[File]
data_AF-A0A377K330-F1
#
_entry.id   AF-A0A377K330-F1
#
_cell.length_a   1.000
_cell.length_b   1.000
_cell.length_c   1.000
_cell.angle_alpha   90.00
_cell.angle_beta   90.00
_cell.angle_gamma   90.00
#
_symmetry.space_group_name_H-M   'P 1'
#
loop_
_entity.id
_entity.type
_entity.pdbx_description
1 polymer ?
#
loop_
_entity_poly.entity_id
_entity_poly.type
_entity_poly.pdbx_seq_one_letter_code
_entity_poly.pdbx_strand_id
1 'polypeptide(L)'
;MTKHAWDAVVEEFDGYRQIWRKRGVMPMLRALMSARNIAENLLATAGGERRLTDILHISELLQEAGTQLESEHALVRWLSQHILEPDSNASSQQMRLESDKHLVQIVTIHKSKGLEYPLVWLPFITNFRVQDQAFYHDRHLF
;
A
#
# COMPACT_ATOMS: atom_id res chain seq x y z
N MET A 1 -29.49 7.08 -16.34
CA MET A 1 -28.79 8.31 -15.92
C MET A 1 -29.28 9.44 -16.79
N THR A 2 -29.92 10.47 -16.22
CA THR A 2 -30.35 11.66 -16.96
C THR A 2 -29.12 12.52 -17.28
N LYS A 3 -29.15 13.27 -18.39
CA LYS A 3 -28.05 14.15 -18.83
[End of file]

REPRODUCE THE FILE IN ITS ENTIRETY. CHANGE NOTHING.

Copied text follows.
data_AF-A0A377K330-F1
#
_entry.id   AF-A0A377K330-F1
#
_cell.length_a   1.000
_cell.length_b   1.000
_cell.length_c   1.000
_cell.angle_alpha   90.00
_cell.angle_beta   90.00
_cell.angle_gamma   90.00
#
_symmetry.space_group_name_H-M   'P 1'
#
loop_
_entity.id
_entity.type
_entity.pdbx_description
1 polymer ?
#
loop_
_entity_poly.entity_id
_entity_poly.type
_entity_poly.pdbx_seq_one_letter_code
_entity_poly.pdbx_strand_id
1 'polypeptide(L)'
;MTKHAWDAVVEEFDGYRQIWRKRGVMPMLRALMSARNIAENLLATAGGERRLTDILHISELLQEAGTQLESEHALVRWLSQHILEPDSNASSQQMRLESDKHLVQIVTIHKSKGLEYPLVWLPFITNFRVQDQAFYHDRHLF
;
A
#
# COMPACT_ATOMS: atom_id res chain seq x y z
N MET A 1 -29.49 7.08 -16.34
CA MET A 1 -28.79 8.31 -15.92
C MET A 1 -29.28 9.44 -16.79
N THR A 2 -29.92 10.47 -16.22
CA THR A 2 -30.35 11.66 -16.96
C THR A 2 -29.12 12.52 -17.28
N LYS A 3 -29.15 13.27 -18.39
CA LYS A 3 -28.05 14.15 -18.83